You’re in the wilderness on a camping trip, and night has fallen. It’s starting to get cold. Luckily, you have fuel canisters with you. These small and lightweight canisters are amazing — simply unpack the propane cylinders, and you have fuel to attach a stove, get much-needed heat, and even cook up a meal.
However, once you’re done with the fuel canisters comes the question of disposal. Littering is never an option, and it’s important to dispose of these correctly to prevent them from becoming a hazard. After all, they’re very flammable, and a single spark could unleash an explosion. As such, many places actually have a propane cylinders dealer who collects these used cylinders and helps you to dispose of them correctly. Most recycling plants also have similar services.
That said, if you’re backpacking or want to save money instead of paying someone to collect the hazardous waste for you, it’s perfectly fine to dispose of them by yourself if you know-how. If you’re wondering how you’re in the right place. Here’s a comprehensive step-by-step guide to disposing of your fuel canisters in the right way.
1. Remove all the gas
This may almost seem like a no-brainer, but you’d be surprised at how many people forget this crucial step when disposing of the fuel canisters. For safety reasons, it’s important to ensure that no flammable gas is left in the canister before you proceed with the next few steps. It also protects those who will eventually receive, treat, and recycle the canister.
So how should you remove the gas in the canister? Well, the first step is to find a safe space. It’s ideal to stay away from open flames or anything that could potentially ignite the gas. If you’re in an enclosed room, make sure the room is well ventilated. If you have a stove, simply attach it to the canister and let it burn off any remaining gas. Ideally, you should leave it to low heat to avoid any accidental burn injuries for leaving the stove on. Apart from a stove, you can also use any other critical appliance to burn the remaining gas.
Even after burning what’s left, there’s a chance that there’s still leftover gas inside. In this case, what you can do is to try inverting the canister and the stove, then opening the valve. This process releases the gas quickly and immediately, so before you do this, do check for safety again! You should look out for any potential ignition sources and open flames. The room should have good ventilation, too.
Once the valve is open, you can just leave it for a while. Note that even after the hissing stops, there might still be residual gas inside, so don’t proceed immediately. Though waiting a little longer may take up more time, this additional step allows the residual vapor you can’t detect to escape completely, keeping you safe even as you start on the next few steps.
2. Puncture the can
Once you’re fairly certain that there’s no more gas left, it’s time to puncture it. Now, this is a recycling requirement in all states, so be sure to make the puncture large and as eye-catching as possible. This lets other people know it is empty, damaged, and safe to handle. For clarity, you may even want to try labeling it with a marker to make it clear that the canister is empty and safe for recycling.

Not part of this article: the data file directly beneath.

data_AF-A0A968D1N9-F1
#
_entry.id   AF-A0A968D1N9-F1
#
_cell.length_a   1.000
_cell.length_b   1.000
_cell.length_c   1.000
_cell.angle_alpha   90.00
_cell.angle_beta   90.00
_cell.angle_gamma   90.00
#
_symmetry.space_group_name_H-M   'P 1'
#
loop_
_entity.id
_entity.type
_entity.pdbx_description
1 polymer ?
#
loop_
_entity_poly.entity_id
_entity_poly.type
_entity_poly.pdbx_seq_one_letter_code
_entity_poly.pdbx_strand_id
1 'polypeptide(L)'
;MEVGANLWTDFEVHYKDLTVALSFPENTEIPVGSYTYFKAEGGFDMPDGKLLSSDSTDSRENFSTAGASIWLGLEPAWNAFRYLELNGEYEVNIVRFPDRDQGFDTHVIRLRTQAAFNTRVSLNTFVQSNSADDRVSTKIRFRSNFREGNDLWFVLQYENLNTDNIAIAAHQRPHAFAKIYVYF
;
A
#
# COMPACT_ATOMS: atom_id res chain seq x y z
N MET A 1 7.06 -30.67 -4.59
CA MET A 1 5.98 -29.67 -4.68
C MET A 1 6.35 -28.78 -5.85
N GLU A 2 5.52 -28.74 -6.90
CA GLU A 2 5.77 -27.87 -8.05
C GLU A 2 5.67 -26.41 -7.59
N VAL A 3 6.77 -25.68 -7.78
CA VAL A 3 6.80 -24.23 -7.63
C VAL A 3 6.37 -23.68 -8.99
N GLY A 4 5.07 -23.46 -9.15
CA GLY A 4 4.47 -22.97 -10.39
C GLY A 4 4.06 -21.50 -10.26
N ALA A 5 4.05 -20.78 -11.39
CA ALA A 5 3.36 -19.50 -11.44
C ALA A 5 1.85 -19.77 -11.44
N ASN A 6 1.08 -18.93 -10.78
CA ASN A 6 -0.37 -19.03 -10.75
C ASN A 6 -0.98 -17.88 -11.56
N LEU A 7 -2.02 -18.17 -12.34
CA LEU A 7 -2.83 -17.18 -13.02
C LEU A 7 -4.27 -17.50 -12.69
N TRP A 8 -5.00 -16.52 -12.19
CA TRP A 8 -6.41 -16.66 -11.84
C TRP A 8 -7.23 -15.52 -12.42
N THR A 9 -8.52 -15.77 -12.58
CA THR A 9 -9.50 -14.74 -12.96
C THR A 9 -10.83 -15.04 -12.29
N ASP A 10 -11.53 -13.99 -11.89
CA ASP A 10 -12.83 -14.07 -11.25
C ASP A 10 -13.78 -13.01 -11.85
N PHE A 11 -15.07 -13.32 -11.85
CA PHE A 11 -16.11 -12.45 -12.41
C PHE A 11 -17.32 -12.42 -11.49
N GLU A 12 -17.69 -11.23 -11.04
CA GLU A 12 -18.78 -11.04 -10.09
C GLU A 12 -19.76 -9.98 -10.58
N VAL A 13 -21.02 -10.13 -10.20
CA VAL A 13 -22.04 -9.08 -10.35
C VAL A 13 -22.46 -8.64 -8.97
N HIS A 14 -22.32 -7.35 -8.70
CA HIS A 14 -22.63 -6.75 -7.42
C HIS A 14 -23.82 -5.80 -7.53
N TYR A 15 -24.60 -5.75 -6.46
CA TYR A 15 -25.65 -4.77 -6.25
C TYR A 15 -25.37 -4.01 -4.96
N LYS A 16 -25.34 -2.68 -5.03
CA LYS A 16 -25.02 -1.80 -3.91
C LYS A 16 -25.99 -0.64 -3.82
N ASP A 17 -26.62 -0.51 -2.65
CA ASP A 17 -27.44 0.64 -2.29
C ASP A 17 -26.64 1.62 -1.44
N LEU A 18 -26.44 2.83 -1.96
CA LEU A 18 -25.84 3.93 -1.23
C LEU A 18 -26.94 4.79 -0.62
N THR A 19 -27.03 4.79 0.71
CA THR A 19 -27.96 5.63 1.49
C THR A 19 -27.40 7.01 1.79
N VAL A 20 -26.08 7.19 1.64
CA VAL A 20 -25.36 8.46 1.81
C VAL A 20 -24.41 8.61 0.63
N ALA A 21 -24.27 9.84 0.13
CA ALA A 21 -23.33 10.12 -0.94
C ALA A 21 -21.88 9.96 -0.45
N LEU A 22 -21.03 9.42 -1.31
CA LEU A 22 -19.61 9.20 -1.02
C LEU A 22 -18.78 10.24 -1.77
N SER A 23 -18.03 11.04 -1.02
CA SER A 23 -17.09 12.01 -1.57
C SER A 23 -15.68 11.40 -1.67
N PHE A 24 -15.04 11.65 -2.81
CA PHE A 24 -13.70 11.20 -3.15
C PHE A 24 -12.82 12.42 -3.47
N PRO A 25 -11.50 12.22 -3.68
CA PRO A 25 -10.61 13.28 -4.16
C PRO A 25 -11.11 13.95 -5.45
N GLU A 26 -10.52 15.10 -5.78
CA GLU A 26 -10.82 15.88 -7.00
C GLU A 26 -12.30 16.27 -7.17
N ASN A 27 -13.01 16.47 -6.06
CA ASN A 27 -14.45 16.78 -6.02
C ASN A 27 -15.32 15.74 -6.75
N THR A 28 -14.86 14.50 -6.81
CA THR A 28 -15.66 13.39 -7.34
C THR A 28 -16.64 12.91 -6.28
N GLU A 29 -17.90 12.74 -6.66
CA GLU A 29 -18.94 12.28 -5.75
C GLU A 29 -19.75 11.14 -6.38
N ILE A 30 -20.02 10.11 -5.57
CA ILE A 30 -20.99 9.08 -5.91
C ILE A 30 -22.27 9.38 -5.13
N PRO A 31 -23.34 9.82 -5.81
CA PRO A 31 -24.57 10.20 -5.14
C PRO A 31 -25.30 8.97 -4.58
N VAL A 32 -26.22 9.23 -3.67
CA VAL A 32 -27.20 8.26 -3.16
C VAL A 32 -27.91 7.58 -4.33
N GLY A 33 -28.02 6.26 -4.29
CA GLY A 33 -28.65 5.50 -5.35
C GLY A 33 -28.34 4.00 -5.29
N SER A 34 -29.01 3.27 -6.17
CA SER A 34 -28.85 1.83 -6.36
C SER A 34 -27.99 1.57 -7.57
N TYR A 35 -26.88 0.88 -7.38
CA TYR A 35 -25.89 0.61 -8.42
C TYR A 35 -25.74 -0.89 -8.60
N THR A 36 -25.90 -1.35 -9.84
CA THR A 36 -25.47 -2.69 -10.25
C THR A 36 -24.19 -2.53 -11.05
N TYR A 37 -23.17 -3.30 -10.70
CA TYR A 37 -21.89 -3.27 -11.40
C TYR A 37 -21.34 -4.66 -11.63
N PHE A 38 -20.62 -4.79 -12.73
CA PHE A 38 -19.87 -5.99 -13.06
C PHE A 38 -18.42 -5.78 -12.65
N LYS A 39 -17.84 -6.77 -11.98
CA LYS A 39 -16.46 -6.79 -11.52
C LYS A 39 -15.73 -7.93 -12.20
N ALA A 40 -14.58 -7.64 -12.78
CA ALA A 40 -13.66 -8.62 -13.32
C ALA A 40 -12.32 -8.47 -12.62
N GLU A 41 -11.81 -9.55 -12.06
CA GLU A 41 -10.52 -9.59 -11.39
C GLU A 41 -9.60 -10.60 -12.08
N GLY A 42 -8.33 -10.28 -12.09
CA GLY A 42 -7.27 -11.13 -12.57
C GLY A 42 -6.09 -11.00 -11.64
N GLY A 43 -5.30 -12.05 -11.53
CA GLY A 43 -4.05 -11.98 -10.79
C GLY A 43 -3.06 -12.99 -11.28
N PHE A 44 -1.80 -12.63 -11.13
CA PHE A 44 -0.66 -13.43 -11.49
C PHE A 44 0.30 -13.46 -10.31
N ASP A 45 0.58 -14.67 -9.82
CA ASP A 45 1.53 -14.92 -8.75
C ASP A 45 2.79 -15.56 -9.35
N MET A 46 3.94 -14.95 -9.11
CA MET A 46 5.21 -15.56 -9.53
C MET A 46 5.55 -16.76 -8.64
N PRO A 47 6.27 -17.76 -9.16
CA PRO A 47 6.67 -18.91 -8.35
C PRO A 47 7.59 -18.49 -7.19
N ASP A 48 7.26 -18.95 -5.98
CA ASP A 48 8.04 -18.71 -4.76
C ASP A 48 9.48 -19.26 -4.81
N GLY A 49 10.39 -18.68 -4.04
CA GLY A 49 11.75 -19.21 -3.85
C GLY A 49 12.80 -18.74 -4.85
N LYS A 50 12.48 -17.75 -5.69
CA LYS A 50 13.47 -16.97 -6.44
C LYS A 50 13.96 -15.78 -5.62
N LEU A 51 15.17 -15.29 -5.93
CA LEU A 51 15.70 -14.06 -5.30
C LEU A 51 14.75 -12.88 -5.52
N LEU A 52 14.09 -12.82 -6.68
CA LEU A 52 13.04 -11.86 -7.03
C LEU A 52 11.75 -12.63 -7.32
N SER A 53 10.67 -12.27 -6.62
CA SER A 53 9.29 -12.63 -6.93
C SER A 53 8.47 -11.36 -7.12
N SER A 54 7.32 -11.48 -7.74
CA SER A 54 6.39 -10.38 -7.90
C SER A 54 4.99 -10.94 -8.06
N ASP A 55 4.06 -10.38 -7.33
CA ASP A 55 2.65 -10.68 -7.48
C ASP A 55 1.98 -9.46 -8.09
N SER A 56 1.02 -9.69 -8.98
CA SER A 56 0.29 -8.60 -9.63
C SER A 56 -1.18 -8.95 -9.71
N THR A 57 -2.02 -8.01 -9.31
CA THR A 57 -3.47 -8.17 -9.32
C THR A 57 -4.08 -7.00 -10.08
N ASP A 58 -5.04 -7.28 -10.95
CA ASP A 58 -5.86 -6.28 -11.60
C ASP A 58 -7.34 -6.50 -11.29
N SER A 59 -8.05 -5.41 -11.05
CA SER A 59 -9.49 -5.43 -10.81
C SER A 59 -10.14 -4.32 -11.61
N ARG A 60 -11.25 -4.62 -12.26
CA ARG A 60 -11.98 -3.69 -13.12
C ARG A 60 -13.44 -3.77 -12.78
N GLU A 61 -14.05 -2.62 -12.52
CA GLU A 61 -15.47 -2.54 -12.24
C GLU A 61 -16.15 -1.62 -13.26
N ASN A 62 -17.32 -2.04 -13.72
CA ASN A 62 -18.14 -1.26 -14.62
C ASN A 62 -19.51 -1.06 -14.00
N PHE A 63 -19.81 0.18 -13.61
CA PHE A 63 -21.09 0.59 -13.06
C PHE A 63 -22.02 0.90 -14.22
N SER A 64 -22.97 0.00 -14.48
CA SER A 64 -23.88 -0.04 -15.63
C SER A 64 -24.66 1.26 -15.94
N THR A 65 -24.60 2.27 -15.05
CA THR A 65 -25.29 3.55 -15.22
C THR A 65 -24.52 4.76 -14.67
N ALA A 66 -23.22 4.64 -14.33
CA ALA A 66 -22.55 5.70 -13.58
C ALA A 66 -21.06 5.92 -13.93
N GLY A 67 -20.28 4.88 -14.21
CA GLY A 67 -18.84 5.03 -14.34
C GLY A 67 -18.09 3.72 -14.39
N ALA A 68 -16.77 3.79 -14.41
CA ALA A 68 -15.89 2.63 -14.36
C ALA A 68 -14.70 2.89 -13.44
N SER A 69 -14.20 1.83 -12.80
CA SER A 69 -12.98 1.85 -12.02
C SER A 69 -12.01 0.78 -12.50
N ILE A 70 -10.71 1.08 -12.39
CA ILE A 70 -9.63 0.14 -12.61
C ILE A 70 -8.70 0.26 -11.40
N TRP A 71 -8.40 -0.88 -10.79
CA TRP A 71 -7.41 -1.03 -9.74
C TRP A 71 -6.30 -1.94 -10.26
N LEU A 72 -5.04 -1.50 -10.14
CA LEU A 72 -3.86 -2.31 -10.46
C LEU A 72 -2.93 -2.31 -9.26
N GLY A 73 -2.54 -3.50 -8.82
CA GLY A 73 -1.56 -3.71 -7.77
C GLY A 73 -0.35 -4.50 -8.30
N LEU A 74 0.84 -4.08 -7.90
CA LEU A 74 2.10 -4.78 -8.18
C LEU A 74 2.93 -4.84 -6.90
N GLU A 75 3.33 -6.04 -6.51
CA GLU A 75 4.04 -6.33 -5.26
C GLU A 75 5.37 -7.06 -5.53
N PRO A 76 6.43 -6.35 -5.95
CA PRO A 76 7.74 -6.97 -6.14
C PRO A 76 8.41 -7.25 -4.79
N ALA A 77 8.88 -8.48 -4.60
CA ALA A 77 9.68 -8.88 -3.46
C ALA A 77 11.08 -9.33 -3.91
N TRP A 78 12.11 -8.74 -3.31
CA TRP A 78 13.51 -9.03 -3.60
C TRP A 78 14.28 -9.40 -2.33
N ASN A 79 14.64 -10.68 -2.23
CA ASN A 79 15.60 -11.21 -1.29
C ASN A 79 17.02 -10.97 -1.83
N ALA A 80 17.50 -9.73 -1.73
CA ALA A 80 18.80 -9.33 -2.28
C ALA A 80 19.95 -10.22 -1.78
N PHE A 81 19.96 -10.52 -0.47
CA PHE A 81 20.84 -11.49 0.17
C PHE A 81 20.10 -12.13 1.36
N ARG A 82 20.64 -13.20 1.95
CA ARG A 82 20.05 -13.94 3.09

To puncture the canister, most conventional tools are perfectly fine. Whether it’s a screwdriver, ice ax, scissors, or hammer and nails, it should be pretty safe as long as there’s no gas inside. A popular tool known as the JetBoil CrunchIt is also widely available and can help to release the last bit of fuel as well as puncture the can.
If you’re still unsure if the can is empty or want to prevent sparks from forming, you can simply place a rag over the can before you start with the puncturing process. The rug reduces contact between metals and reduces friction, making sure that no sparks ignite any leftover gas. Once you’ve pierced the can, you can safely put it in a bag to carry for the rest of your backpacking trip, or to take to a recycling center.
3. Find an appropriate recycling program
Note that not all recycling centers will accept your empty fuel canisters, even if they’ve been properly drained of gas and punctured! This is because it still counts as a hazardous item, and moreover, also counts as mixed metals.
Because it’s mixed metals, the canisters won’t be accepted at most curbside recycling containers. Instead, some recycling programs have specific days that they come by to collect mixed metals or have drop-off programs where you can leave the empty fuel canisters at a designated drop-off point. It differs from place to place, so do check with your local authorities for the most accurate information.
On that note, do keep in mind that it’s much easier to recycle lightweight propane or butane cylinders over the heavier propane cylinders that are popular with large groups of campers. While the disposal process is largely the same, it’s more likely that your local recycling center will take in a lightweight metal cylinder or canister over the heavier and bulkier ones. As such, you may wish to opt to use smaller and lighter canisters for your next camping or trekking trip. Not only will they be easier to carry, but they’ll be easier to recycle as well!
These three simple steps are all you need to know on how to safely recycle the fuel canisters that you use, whether at home or in the great outdoors. Although it does take up a little more time than if you were to chuck it as it is, the entire process actually helps to keep you and the environment safe. After all, recycling is definitely the way to go in reducing landfill waste and helping to save the environment.
Hi, I am Amy I have two loves in my life camping and writing. When I am not writing for The Expert Camper, I am usually camping. Lake District is one of my favourite spots, but really anywhere in the UK under canvas I am happy.